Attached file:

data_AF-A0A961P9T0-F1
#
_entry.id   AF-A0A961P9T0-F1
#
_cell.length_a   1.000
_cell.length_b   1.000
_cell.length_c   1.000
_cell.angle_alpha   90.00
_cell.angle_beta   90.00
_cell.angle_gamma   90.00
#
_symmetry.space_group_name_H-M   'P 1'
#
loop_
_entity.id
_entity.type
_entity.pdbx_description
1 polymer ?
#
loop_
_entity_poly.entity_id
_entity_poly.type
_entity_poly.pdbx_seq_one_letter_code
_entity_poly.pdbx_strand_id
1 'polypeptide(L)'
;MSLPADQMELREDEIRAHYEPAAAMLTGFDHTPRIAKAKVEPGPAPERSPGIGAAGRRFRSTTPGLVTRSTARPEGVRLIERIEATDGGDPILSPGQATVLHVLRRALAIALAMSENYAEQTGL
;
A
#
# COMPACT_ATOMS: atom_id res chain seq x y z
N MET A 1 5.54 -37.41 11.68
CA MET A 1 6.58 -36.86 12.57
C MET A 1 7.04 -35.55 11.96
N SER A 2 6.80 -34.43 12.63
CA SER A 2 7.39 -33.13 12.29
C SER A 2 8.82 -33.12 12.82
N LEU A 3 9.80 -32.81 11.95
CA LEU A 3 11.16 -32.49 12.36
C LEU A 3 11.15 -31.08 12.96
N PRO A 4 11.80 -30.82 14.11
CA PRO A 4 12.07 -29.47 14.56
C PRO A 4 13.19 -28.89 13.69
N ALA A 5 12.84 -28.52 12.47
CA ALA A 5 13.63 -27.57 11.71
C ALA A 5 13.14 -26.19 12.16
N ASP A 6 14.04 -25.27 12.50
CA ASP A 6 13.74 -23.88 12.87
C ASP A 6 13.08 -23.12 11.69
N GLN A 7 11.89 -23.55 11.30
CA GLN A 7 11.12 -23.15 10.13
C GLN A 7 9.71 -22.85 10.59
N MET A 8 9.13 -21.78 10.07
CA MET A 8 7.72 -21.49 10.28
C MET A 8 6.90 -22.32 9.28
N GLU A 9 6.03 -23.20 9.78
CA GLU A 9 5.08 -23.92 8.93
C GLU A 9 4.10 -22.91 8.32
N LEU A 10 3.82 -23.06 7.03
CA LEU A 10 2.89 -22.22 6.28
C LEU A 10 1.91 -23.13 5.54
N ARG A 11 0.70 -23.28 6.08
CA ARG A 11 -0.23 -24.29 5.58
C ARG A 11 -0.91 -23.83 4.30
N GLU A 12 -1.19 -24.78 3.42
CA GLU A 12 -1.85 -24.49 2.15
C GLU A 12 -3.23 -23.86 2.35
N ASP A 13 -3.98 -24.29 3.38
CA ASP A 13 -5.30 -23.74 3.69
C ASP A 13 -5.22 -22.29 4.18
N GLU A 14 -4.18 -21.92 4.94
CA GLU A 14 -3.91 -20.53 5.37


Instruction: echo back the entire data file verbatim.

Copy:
data_AF-A0A961P9T0-F1
#
_entry.id   AF-A0A961P9T0-F1
#
_cell.length_a   1.000
_cell.length_b   1.000
_cell.length_c   1.000
_cell.angle_alpha   90.00
_cell.angle_beta   90.00
_cell.angle_gamma   90.00
#
_symmetry.space_group_name_H-M   'P 1'
#
loop_
_entity.id
_entity.type
_entity.pdbx_description
1 polymer ?
#
loop_
_entity_poly.entity_id
_entity_poly.type
_entity_poly.pdbx_seq_one_letter_code
_entity_poly.pdbx_strand_id
1 'polypeptide(L)'
;MSLPADQMELREDEIRAHYEPAAAMLTGFDHTPRIAKAKVEPGPAPERSPGIGAAGRRFRSTTPGLVTRSTARPEGVRLIERIEATDGGDPILSPGQATVLHVLRRALAIALAMSENYAEQTGL
;
A
#
# COMPACT_ATOMS: atom_id res chain seq x y z
N MET A 1 5.54 -37.41 11.68
CA MET A 1 6.58 -36.86 12.57
C MET A 1 7.04 -35.55 11.96
N SER A 2 6.80 -34.43 12.63
CA SER A 2 7.39 -33.13 12.29
C SER A 2 8.82 -33.12 12.82
N LEU A 3 9.80 -32.81 11.95
CA LEU A 3 11.16 -32.49 12.36
C LEU A 3 11.15 -31.08 12.96
N PRO A 4 11.80 -30.82 14.11
CA PRO A 4 12.07 -29.47 14.56
C PRO A 4 13.19 -28.89 13.69
N ALA A 5 12.84 -28.52 12.47
CA ALA A 5 13.63 -27.57 11.71
C ALA A 5 13.14 -26.19 12.16
N ASP A 6 14.04 -25.27 12.50
CA ASP A 6 13.74 -23.88 12.87
C ASP A 6 13.08 -23.12 11.69
N GLN A 7 11.89 -23.55 11.30
CA GLN A 7 11.12 -23.15 10.13
C GLN A 7 9.71 -22.85 10.59
N MET A 8 9.13 -21.78 10.07
CA MET A 8 7.72 -21.49 10.28
C MET A 8 6.90 -22.32 9.28
N GLU A 9 6.03 -23.20 9.78
CA GLU A 9 5.08 -23.92 8.93
C GLU A 9 4.10 -22.91 8.32
N LEU A 10 3.82 -23.06 7.03
CA LEU A 10 2.89 -22.22 6.28
C LEU A 10 1.91 -23.13 5.54
N ARG A 11 0.70 -23.28 6.08
CA ARG A 11 -0.23 -24.29 5.58
C ARG A 11 -0.91 -23.83 4.30
N GLU A 12 -1.19 -24.78 3.42
CA GLU A 12 -1.85 -24.49 2.15
C GLU A 12 -3.23 -23.86 2.35
N ASP A 13 -3.98 -24.29 3.38
CA ASP A 13 -5.30 -23.74 3.69
C ASP A 13 -5.22 -22.29 4.18
N GLU A 14 -4.18 -21.92 4.94
CA GLU A 14 -3.91 -20.53 5.37